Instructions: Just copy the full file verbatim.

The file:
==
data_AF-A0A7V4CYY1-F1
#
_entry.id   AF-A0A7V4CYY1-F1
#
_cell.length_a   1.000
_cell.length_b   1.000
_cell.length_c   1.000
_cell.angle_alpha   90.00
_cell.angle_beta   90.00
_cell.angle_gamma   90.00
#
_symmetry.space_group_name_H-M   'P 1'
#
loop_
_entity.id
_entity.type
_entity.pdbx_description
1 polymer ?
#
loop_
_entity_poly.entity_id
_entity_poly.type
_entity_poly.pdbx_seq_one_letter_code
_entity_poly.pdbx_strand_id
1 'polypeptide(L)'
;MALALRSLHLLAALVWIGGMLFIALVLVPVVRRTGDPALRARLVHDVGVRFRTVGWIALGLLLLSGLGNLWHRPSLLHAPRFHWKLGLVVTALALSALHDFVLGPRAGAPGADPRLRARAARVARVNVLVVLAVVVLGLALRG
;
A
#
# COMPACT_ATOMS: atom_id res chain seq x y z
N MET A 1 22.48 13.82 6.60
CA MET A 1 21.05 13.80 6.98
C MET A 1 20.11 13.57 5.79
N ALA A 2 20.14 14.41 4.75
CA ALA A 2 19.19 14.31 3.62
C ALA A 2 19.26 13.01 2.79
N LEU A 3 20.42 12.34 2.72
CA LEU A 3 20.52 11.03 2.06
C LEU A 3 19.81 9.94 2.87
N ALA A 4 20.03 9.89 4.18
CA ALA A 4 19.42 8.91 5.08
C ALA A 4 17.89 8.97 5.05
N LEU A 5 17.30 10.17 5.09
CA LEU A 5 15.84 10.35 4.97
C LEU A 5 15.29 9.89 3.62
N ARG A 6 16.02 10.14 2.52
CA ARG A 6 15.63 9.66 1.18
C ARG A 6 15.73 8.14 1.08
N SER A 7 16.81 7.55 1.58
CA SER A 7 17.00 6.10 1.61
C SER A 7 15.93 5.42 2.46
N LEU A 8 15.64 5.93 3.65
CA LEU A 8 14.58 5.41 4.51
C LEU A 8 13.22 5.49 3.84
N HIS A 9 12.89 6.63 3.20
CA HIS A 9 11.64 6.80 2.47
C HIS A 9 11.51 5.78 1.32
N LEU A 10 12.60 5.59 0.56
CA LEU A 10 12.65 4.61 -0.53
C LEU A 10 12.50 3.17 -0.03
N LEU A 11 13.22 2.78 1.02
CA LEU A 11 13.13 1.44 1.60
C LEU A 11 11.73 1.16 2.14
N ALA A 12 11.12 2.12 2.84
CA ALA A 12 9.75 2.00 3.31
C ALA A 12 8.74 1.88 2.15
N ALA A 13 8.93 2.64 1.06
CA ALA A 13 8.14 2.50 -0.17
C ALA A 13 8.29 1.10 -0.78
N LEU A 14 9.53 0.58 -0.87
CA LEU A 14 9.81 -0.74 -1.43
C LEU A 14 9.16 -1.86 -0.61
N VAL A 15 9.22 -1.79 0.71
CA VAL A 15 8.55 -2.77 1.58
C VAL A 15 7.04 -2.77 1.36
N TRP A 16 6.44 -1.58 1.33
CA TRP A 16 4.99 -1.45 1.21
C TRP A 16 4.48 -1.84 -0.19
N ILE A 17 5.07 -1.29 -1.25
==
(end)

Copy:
data_AF-A0A7V4CYY1-F1
#
_entry.id   AF-A0A7V4CYY1-F1
#
_cell.length_a   1.000
_cell.length_b   1.000
_cell.length_c   1.000
_cell.angle_alpha   90.00
_cell.angle_beta   90.00
_cell.angle_gamma   90.00
#
_symmetry.space_group_name_H-M   'P 1'
#
loop_
_entity.id
_entity.type
_entity.pdbx_description
1 polymer ?
#
loop_
_entity_poly.entity_id
_entity_poly.type
_entity_poly.pdbx_seq_one_letter_code
_entity_poly.pdbx_strand_id
1 'polypeptide(L)'
;MALALRSLHLLAALVWIGGMLFIALVLVPVVRRTGDPALRARLVHDVGVRFRTVGWIALGLLLLSGLGNLWHRPSLLHAPRFHWKLGLVVTALALSALHDFVLGPRAGAPGADPRLRARAARVARVNVLVVLAVVVLGLALRG
;
A
#
# COMPACT_ATOMS: atom_id res chain seq x y z
N MET A 1 22.48 13.82 6.60
CA MET A 1 21.05 13.80 6.98
C MET A 1 20.11 13.57 5.79
N ALA A 2 20.14 14.41 4.75
CA ALA A 2 19.19 14.31 3.62
C ALA A 2 19.26 13.01 2.79
N LEU A 3 20.42 12.34 2.72
CA LEU A 3 20.52 11.03 2.06
C LEU A 3 19.81 9.94 2.87
N ALA A 4 20.03 9.89 4.18
CA ALA A 4 19.42 8.91 5.08
C ALA A 4 17.89 8.97 5.05
N LEU A 5 17.30 10.17 5.09
CA LEU A 5 15.84 10.35 4.97
C LEU A 5 15.29 9.89 3.62
N ARG A 6 16.02 10.14 2.52
CA ARG A 6 15.63 9.66 1.18
C ARG A 6 15.73 8.14 1.08
N SER A 7 16.81 7.55 1.58
CA SER A 7 17.00 6.10 1.61
C SER A 7 15.93 5.42 2.46
N LEU A 8 15.64 5.93 3.65
CA LEU A 8 14.58 5.41 4.51
C LEU A 8 13.22 5.49 3.84
N HIS A 9 12.89 6.63 3.20
CA HIS A 9 11.64 6.80 2.47
C HIS A 9 11.51 5.78 1.32
N LEU A 10 12.60 5.59 0.56
CA LEU A 10 12.65 4.61 -0.53
C LEU A 10 12.50 3.17 -0.03
N LEU A 11 13.22 2.78 1.02
CA LEU A 11 13.13 1.44 1.60
C LEU A 11 11.73 1.16 2.14
N ALA A 12 11.12 2.12 2.84
CA ALA A 12 9.75 2.00 3.31
C ALA A 12 8.74 1.88 2.15
N ALA A 13 8.93 2.64 1.06
CA ALA A 13 8.14 2.50 -0.17
C ALA A 13 8.29 1.10 -0.78
N LEU A 14 9.53 0.58 -0.87
CA LEU A 14 9.81 -0.74 -1.43
C LEU A 14 9.16 -1.86 -0.61
N VAL A 15 9.22 -1.79 0.71
CA VAL A 15 8.55 -2.77 1.58
C VAL A 15 7.04 -2.77 1.36
N TRP A 16 6.44 -1.58 1.33
CA TRP A 16 4.99 -1.45 1.21
C TRP A 16 4.48 -1.84 -0.19
N ILE A 17 5.07 -1.29 -1.25